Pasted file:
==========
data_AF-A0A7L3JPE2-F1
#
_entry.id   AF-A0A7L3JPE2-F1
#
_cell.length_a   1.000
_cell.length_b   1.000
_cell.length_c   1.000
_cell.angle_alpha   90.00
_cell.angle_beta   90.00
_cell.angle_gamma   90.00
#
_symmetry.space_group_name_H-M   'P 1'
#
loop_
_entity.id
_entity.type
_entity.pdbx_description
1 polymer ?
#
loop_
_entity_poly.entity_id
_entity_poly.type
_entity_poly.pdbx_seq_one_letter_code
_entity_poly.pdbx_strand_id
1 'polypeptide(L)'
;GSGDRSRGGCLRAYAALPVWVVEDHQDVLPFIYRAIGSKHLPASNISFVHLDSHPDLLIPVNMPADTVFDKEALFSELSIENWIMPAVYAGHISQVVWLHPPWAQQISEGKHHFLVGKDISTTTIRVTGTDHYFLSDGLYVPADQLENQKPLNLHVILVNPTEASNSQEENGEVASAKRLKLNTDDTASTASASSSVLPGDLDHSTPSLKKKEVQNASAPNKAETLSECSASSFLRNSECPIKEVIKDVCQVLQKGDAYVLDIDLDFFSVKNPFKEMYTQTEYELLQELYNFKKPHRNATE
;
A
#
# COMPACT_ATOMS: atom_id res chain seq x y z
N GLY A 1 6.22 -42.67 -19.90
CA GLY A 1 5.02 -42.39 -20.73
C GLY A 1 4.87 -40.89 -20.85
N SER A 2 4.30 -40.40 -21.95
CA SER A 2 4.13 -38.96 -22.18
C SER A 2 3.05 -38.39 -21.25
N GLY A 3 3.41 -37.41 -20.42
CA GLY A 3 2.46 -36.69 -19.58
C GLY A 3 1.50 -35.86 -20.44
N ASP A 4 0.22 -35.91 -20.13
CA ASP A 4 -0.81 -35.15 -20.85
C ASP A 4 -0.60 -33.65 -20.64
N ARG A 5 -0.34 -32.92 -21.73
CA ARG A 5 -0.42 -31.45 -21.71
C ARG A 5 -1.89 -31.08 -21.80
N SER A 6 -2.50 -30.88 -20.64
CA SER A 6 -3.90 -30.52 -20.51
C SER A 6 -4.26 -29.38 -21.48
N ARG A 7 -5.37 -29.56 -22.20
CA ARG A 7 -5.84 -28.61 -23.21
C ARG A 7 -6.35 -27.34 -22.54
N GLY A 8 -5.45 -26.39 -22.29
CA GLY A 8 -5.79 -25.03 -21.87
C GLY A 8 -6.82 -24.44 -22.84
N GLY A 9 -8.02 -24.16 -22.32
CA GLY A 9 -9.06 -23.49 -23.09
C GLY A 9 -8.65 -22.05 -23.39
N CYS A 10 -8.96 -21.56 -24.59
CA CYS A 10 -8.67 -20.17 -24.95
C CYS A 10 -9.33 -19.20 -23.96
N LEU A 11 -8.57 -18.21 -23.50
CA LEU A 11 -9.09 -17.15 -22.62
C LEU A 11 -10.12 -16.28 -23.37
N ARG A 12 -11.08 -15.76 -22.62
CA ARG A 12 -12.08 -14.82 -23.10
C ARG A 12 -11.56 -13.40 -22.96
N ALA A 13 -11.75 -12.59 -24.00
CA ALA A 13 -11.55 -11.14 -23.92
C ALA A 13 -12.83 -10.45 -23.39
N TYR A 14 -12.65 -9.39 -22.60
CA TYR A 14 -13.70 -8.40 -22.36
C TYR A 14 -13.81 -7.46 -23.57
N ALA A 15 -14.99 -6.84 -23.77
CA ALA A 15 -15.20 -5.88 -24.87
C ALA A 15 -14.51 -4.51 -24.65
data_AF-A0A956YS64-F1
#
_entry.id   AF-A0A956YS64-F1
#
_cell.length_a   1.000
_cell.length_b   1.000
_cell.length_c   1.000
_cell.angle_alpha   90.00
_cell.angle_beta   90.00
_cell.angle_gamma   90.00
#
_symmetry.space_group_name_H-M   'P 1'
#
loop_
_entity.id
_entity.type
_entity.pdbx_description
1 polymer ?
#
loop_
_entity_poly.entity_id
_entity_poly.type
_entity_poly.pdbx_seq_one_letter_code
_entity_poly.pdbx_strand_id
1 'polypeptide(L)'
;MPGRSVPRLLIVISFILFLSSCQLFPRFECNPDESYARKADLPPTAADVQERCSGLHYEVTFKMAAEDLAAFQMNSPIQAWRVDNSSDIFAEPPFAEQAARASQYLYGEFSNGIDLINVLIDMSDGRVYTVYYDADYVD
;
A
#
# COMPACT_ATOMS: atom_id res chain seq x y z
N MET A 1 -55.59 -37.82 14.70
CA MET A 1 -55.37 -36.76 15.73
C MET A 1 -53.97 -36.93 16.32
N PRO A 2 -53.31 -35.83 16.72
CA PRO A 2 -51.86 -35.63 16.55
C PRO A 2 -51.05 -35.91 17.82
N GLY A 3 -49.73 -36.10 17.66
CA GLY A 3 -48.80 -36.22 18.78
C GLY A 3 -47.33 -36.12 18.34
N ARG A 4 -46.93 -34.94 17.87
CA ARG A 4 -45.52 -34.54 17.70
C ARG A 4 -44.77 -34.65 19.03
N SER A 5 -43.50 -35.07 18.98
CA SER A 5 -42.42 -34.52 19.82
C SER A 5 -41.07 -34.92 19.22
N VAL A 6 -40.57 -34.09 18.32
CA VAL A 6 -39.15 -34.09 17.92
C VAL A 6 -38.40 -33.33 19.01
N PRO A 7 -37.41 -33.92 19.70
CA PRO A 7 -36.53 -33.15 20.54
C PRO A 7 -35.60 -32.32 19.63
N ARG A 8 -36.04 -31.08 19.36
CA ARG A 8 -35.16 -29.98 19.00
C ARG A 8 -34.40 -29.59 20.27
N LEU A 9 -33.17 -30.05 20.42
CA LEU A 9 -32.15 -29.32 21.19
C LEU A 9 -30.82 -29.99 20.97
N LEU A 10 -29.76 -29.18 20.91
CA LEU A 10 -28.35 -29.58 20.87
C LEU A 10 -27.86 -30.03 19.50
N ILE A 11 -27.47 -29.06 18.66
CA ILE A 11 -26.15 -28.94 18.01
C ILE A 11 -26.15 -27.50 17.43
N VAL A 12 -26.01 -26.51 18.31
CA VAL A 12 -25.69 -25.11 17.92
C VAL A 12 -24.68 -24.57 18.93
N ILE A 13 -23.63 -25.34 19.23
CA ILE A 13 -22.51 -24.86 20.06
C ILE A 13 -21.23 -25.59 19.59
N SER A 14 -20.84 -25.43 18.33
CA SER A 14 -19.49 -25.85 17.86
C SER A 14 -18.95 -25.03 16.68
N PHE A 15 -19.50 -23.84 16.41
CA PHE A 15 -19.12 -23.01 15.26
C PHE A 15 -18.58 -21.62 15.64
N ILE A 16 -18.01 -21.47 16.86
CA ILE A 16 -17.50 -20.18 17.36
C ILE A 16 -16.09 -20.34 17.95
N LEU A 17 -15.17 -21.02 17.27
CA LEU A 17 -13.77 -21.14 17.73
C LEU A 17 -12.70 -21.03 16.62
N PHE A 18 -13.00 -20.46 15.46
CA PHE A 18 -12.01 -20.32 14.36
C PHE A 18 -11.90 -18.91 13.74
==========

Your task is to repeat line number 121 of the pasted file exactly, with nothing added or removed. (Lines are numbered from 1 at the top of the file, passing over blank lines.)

N VAL A 6 -40.57 -34.09 18.32